So far as any question of this tax is concerned it makes no difference whether these was an intestacy, or whether the will is construed to have disposed of principal to the children. The net result under either construction would be that his children inherited immediately; and that the grandchildren, including this petitioner, took not from their grandfather but from their respective parents, and under either view the inheritance is taxable. The question, which does not clearly emerge from the Board's opinion, or from the briefs before us, is whether Judge Stearne applied the principle of construction to the children as a class or to the grandchildren. Judge Stearne recited the death of each child, and the manner in which, under various wills and deeds of trust not necessary to specify here, each grandchild received his proportionate share of principal, per stirpes - two, one-third each, and two, one-sixth each. It so happens that this share would have been the same if these grandchildren had taken directly from their grandfather, after the life estates in the children, each grandchild taking his or her proportionate share. But that Judge Stearne should have traced out the descent in detail, under the wills and deeds of trust, shows that he was of the opinion that the children took the principal of the trust estate. If the grandchildren had taken directly from their grandfather, who died in 1877, there would of course have been no inheritance tax.

The question presented to us has therefore been specifically decided by the Orphans' Court, and that decision, unappealed, is binding. The Board of Tax Appeals, coming to the same conclusion, seems to have regarded the point of law involved as open for decision, whereas it would have been more appropriate if it had confined the decision to determining what the Pennsylvania Court held. The Board of Tax Appeals held that as a matter of law Fannie G. Dixon had a vested interest in the corpus of her father's estate, the value of which was includable in her gross estate under Section 302 of the Revenue Act of 1926, 44 Stat. 70, 26 U.S.C.A. § 411. Gilbert's will was construed by the Board to set up no limitation as to the gift of income and to make no gift over of the corpus so that the intention was to give the corpus itself.

We have noted the tendency of recent decisions to restrict the rule of construction. Under Gibbons' Estate, 317 Pa. 465, 468, 177 A. 50, 51, the Supreme Court of Pennsylvania recognized another exception to the rule when "the trustee has active duties to perform"; and broadened the possibilities of escape from its application by qualifying it where "the will discloses anything to indicate a contrary intent." In other words where a man creates a trust he doesn't intend that it shall be disregarded, and the definition of trust assumes active duties, however slight. Former decisions had hinted at this result; but none so sweepingly. Thus a spendthrift trust was held to prevent the operation of the rule;*fn2 the rule in Shelley's case was not applied where the interest of the first taker was only in net income;*fn3 a gift of income to a drunken son, with a direction that a trust company should manage the real estate, carries no principal to him;*fn4 a gift of income to a widow with power of sale of land in the executor, prevents the principal from passing to her;*fn5 power to improve real estate (or a power to sell it) negatives an implied intention to pass the fee;*fn6 and as far back as 1890 Chief Justice Paxson said that an active trust "intended to preserve the contingent remainders" showed an intention "to sever the product from its source".*fn7 Managing coal lands is, today certainly, an active duty to perform. But Gibbons' Estate was not decided until four years after Judge Stearne's adjudication, and there was not, apparently, sufficient warrant in the earlier cases to persuade him to apply the broader exception. But, as we have pointed out, the petitioner would not have been helped if the Orphans' Court had, under the scope of Gibbons' Estate, declared an intestacy. The result would have been the same - a tax on Mrs. Sharpe's share of the principal.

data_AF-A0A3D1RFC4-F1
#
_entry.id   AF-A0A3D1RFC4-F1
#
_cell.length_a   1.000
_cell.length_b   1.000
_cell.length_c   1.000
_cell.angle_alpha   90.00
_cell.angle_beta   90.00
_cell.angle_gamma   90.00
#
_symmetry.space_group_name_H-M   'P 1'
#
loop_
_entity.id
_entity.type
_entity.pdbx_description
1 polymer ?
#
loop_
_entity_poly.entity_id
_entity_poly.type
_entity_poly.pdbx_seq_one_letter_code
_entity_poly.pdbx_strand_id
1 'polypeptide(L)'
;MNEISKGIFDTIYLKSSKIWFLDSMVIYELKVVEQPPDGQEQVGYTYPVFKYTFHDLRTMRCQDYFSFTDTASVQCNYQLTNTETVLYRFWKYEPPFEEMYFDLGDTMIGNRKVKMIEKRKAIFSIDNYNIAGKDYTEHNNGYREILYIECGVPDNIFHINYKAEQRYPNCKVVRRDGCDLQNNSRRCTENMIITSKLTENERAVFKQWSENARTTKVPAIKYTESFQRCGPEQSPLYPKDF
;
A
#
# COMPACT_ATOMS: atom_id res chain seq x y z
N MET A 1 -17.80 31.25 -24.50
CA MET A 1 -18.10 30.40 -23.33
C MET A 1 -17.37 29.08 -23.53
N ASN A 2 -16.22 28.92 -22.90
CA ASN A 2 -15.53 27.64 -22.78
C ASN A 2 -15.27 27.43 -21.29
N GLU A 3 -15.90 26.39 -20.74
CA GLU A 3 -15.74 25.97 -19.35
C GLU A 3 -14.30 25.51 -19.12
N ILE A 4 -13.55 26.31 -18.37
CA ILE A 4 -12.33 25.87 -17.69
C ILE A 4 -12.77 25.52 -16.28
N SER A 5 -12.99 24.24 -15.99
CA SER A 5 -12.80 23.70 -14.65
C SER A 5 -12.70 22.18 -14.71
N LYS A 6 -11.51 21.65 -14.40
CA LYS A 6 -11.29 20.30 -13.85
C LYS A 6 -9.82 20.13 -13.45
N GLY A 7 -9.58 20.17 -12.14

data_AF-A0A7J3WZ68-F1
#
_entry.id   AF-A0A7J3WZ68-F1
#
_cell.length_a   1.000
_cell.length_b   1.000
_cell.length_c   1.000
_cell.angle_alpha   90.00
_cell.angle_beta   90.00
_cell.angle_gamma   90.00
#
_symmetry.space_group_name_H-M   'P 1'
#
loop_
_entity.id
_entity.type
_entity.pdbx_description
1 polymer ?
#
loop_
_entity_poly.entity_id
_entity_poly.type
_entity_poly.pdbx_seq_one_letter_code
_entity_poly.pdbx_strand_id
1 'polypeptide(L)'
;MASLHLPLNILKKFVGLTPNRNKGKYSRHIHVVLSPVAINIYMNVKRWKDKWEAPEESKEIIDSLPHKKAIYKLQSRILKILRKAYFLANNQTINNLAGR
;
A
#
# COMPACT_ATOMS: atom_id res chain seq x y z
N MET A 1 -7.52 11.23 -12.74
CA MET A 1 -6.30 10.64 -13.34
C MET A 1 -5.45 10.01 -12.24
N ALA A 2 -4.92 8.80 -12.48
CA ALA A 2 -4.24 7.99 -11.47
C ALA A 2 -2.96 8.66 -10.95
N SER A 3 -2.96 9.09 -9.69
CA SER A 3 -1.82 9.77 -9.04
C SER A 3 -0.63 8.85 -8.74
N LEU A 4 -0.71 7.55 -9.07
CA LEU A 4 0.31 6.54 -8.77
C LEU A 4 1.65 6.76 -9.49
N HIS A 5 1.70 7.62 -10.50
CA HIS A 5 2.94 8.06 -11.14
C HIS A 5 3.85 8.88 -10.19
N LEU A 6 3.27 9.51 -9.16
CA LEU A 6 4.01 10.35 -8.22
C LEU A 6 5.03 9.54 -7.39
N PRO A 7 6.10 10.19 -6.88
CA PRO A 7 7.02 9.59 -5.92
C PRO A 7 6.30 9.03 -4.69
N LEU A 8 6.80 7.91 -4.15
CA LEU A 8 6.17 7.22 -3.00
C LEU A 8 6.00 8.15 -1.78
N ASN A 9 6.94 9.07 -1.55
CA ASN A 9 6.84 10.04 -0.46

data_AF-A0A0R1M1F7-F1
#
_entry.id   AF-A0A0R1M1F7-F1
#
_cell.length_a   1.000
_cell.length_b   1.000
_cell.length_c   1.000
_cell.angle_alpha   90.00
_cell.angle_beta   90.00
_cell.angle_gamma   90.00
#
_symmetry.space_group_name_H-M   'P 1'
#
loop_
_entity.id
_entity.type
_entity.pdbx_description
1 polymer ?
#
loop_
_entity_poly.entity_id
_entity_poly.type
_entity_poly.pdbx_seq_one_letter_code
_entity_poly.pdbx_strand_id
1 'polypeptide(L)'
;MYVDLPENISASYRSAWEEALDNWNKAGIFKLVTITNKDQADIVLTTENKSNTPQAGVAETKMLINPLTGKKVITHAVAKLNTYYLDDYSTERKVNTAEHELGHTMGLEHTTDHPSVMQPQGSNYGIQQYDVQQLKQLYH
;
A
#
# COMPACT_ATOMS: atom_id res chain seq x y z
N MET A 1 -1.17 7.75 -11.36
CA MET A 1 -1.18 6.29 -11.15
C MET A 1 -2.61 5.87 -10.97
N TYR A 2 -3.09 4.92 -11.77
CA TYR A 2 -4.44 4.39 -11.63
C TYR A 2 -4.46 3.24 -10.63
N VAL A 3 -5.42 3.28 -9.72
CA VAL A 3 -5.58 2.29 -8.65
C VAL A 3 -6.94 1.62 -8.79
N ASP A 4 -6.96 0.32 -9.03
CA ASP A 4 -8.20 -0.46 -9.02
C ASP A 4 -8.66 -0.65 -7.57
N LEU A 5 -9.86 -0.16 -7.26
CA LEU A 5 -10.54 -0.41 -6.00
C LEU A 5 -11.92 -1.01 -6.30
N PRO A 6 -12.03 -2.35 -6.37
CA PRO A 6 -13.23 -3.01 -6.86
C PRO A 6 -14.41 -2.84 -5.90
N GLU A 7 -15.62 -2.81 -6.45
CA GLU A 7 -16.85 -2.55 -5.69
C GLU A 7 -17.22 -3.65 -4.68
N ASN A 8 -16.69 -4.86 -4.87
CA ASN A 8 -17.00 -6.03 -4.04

Nor need we consider whether, as an original proposition, the clauses of the will in question should not be construed separately; and, even if the rule is applied in favor of the children to the words setting up the annuity of $15,000, it might not be applicable to the two thousand dollar annuities to each of the children, which were limited to their lives (as Judge Thompson had noted); and should not be invoked to exclude the wife who shared equally with the children in the two residuary clauses. But no such distinctions are suggested in Judge Stearne's opinion, which is a final determination of the manner in which the petitioner took.

Petitioner argues, with apparent cogency, that not the opinion but the award itself is determinative, and that Judge Stearne awarded the corpus, not to Mrs. Dixon's executrix, as he would have done had Mrs. Dixon taken the corpus from her father, but to the petitioner, showing that she took it directly from her grandfather. But Mrs. Sharpe was to take ultimately; and the practice of short-cutting through to the final beneficiary in this manner is not uncommon. That the award does not indicate that the court meant that Mrs. Sharpe took from her grandfather is shown by its being made subject, as to principal, to the payment of transfer inheritance tax.

As noted, Fannie G. Dixon died on April 22, 1931. In the report of her gross taxable estate there was included an item of accrued income; and it was stated in this return that she had a life interest in her father's estate. This report was accepted and no action to assess an additional tax against Mrs. Dixon's Estate was taken within the statutory period of limitation. In September, 1935, the ruling was changed, and the Commissioner gave notice that he proposed to assess an additional tax against Mrs. Dixon's transferee, the present petitioner. It is not claimed that this assessment was not made within the statutory period applying to transfers; but petitioner argues that the Government is equitably estopped from asserting the tax. But if he acts in time the Commissioner is not bound by his former construction of the law, Burnet v. Porter, 283 U.S. 230, 51 S. Ct. 416, 75 L. Ed. 996; Omaha Baum Iron Store v. United States, Ct. Cl., 8 F.Supp. 703, certiorari denied 296 U.S. 576, 56 S. Ct. 87, 80 L. Ed. 407. The estate tax return was filed on October 9, 1931, and the period of limitation for an additional assessment against the Dixon Estate was three years under Sec. 310 of the Revenue Act of 1926, 26 U.S.C.A. §§ 474(a), 475. The limit for assessment of liability against the transferee, under Sec. 316 of this Act, 44 Stat. 80, was one year after this three year period had expired. The Commissioner mailed the notice on September 25, 1935, which was therefore within the period.

The decision of the Board of Tax Appeals is accordingly affirmed.